A short little message for you today to remind you of some basics to keep you healthy, because no one likes being injured!
1. Ensure adequate rest and recovery
Rest and recovery can have multiple factors including actual rest time, sleep, hydration, and nutrition. ACSM guidelines suggest we should have 48 hours between working the same muscle group, so make sure you have a day in between working the same exercise/muscle group at the gym. You can still go to the gym every day if you want, but just vary the muscle group you’re working!
Recover properly by getting the full 8 hours of sleep…trust me, I learned the hard way, but this makes a huge difference not only with how your body feels, but with how your brain functions.
Get enough water. Very general guidelines are a 0.5-1 ounce of water for every pound of bodyweight, so if you’re 150 lbs, you should have 75-150 ounces. This is a huge range due to many factors such as physical activity, environment, etc. so you can play around with how you feel, but this range can give you a goal to start with.
Fuel your body appropriately. Get adequate protein and fiber, have your veggies, listen to how your body responds to your diet and adjust accordingly!
2. Don’t do things you’re not ready for
When you’re progressing to a skill, break that skill down. Look at the motion and strength it requires then assess if you have that motion or strength. If you don’t have it, work on where you’re lacking before attempting it. For example, a handstand requires 180 degrees shoulder flexion (aka getting your arms overhead). If you can’t stand against a wall with your mid back on the wall and bring your hands overhead, work on that prior to working on handstands. When looking at a muscle up, can you do dips and high pull ups easily? If not, work on those things before working on combining them!
3. Ensure muscle balance
Have you ever looked at your pushing vs. pulling strength, strength on your right vs. left side, or strength moving side to side vs. forward or back? Trying to maintain balance in different planes and between different muscle groups can help reduce injury by ensuring one group doesn’t get neglected.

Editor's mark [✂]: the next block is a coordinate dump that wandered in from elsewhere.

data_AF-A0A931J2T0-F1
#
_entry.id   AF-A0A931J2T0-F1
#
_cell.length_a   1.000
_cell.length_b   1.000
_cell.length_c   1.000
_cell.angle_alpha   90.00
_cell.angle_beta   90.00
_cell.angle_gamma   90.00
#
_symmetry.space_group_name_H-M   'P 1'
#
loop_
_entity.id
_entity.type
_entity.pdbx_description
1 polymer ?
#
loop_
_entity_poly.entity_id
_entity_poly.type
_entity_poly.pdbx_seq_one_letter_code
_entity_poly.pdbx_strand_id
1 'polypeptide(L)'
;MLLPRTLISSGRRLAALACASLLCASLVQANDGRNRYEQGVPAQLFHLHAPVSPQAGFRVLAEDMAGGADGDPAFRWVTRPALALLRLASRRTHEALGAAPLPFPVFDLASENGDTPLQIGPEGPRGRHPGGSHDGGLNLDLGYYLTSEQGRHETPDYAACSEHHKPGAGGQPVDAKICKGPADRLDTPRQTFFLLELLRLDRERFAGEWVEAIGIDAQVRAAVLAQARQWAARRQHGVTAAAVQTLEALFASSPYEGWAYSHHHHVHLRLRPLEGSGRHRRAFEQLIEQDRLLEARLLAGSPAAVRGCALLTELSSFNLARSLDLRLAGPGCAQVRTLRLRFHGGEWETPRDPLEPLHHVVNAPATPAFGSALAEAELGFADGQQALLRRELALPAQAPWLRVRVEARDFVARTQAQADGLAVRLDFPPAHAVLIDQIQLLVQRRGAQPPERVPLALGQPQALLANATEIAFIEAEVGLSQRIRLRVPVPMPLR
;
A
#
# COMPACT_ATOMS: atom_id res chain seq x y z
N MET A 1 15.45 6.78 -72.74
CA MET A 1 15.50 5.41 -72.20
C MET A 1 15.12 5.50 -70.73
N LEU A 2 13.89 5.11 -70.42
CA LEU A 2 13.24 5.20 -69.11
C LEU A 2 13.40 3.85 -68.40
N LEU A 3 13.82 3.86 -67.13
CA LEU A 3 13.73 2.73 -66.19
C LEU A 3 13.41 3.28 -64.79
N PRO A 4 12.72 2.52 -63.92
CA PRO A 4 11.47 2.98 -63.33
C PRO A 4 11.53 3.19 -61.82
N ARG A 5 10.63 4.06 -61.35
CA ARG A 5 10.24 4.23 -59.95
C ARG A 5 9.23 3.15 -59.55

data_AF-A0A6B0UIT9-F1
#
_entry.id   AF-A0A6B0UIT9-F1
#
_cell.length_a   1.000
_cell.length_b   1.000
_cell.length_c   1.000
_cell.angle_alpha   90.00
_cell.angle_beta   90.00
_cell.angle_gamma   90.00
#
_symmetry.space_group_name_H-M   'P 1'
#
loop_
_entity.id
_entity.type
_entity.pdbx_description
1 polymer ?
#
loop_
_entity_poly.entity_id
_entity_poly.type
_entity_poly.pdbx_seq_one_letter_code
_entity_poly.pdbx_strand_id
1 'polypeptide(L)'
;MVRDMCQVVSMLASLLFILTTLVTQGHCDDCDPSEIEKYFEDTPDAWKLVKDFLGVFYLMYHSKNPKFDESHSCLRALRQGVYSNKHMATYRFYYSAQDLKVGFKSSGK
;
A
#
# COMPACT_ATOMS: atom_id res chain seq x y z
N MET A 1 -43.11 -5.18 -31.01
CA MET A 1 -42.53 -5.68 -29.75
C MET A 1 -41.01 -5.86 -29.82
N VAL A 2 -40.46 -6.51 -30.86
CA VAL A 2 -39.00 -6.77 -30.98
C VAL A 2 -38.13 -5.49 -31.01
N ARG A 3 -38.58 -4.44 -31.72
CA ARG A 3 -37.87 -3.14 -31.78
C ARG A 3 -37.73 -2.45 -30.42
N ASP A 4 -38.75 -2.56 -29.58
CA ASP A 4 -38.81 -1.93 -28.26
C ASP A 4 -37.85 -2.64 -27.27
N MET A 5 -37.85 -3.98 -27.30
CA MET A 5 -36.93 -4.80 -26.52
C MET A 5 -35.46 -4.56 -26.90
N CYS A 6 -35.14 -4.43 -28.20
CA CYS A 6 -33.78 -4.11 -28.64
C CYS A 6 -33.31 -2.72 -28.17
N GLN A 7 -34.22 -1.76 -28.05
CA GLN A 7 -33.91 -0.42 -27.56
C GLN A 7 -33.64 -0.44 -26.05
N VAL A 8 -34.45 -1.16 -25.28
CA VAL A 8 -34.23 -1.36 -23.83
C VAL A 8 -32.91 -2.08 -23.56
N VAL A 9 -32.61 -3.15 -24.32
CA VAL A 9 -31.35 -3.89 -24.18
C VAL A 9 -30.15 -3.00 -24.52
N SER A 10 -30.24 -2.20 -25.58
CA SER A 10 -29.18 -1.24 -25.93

4. Have a movement diet
Just like you want to have variety in your nutrition, you want to have variety in your movements and movement patterns. No movement is inherently bad, but not being able to get into or out of positions can have the potential to become issues down the line. Think about sitting at a desk all day versus being able to work sitting, standing, laying and cycling through these positions throughout the day. You may be sitting with “poor posture” but since it isn’t a prolonged posture and we are allowing our bodies to get into and out of the position, our bodies can tolerate it.
5. Listen to your body
Our body is always trying to tell us something, whether we are getting stiff and need a bit of movement or what we just ate didn’t make us feel good. Start listening to these cues and consider making changes based on what it is telling you. It may take some practice and even writing things down about how you are feeling with what you ate or what workout you did, but then you can start to notice the cues and the patterns with practice. It’s just like going into the gym after a really hard workout the day before, plus a stressful day at work, and not sleeping well. You may not feel like crushing another workout, so maybe go a bit lighter on weights, cut out a few exercises, or work on lighter movements like going on a walk, stretching, or light strengthening targeted toward smaller muscle groups.
Hope you took something helpful away from this message. Feel free to let me know if you have any questions, comments, or thoughts about it!
If you need assistance creating a program that helps improve your muscle balance, provides a diverse movement diet, and progresses you appropriately toward your goals, you can find more info on my individualized training programs here!
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